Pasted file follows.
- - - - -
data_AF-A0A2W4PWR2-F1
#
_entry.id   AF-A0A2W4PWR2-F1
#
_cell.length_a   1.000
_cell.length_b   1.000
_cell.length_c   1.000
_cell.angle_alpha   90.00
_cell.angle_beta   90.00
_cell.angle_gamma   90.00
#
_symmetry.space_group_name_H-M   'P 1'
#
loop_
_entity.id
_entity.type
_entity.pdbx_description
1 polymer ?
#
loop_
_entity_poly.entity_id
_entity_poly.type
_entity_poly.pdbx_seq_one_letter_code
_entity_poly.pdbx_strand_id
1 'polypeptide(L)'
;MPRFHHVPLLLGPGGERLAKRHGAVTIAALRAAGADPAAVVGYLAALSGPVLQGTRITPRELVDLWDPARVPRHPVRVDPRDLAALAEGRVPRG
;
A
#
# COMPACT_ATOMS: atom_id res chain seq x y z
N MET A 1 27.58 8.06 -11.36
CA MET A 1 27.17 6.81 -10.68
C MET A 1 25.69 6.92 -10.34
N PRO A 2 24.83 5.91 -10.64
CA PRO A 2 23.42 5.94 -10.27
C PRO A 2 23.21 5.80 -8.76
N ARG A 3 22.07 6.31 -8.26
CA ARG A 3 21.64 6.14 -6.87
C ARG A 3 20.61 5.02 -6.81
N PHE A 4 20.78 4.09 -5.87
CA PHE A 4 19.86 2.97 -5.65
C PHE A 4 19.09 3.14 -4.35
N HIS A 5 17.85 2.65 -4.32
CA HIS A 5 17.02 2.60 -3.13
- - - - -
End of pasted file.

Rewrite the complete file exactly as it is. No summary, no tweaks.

data_AF-A0A2W4PWR2-F1
#
_entry.id   AF-A0A2W4PWR2-F1
#
_cell.length_a   1.000
_cell.length_b   1.000
_cell.length_c   1.000
_cell.angle_alpha   90.00
_cell.angle_beta   90.00
_cell.angle_gamma   90.00
#
_symmetry.space_group_name_H-M   'P 1'
#
loop_
_entity.id
_entity.type
_entity.pdbx_description
1 polymer ?
#
loop_
_entity_poly.entity_id
_entity_poly.type
_entity_poly.pdbx_seq_one_letter_code
_entity_poly.pdbx_strand_id
1 'polypeptide(L)'
;MPRFHHVPLLLGPGGERLAKRHGAVTIAALRAAGADPAAVVGYLAALSGPVLQGTRITPRELVDLWDPARVPRHPVRVDPRDLAALAEGRVPRG
;
A
#
# COMPACT_ATOMS: atom_id res chain seq x y z
N MET A 1 27.58 8.06 -11.36
CA MET A 1 27.17 6.81 -10.68
C MET A 1 25.69 6.92 -10.34
N PRO A 2 24.83 5.91 -10.64
CA PRO A 2 23.42 5.94 -10.27
C PRO A 2 23.21 5.80 -8.76
N ARG A 3 22.07 6.31 -8.26
CA ARG A 3 21.64 6.14 -6.87
C ARG A 3 20.61 5.02 -6.81
N PHE A 4 20.78 4.09 -5.87
CA PHE A 4 19.86 2.97 -5.65
C PHE A 4 19.09 3.14 -4.35
N HIS A 5 17.85 2.65 -4.32
CA HIS A 5 17.02 2.60 -3.13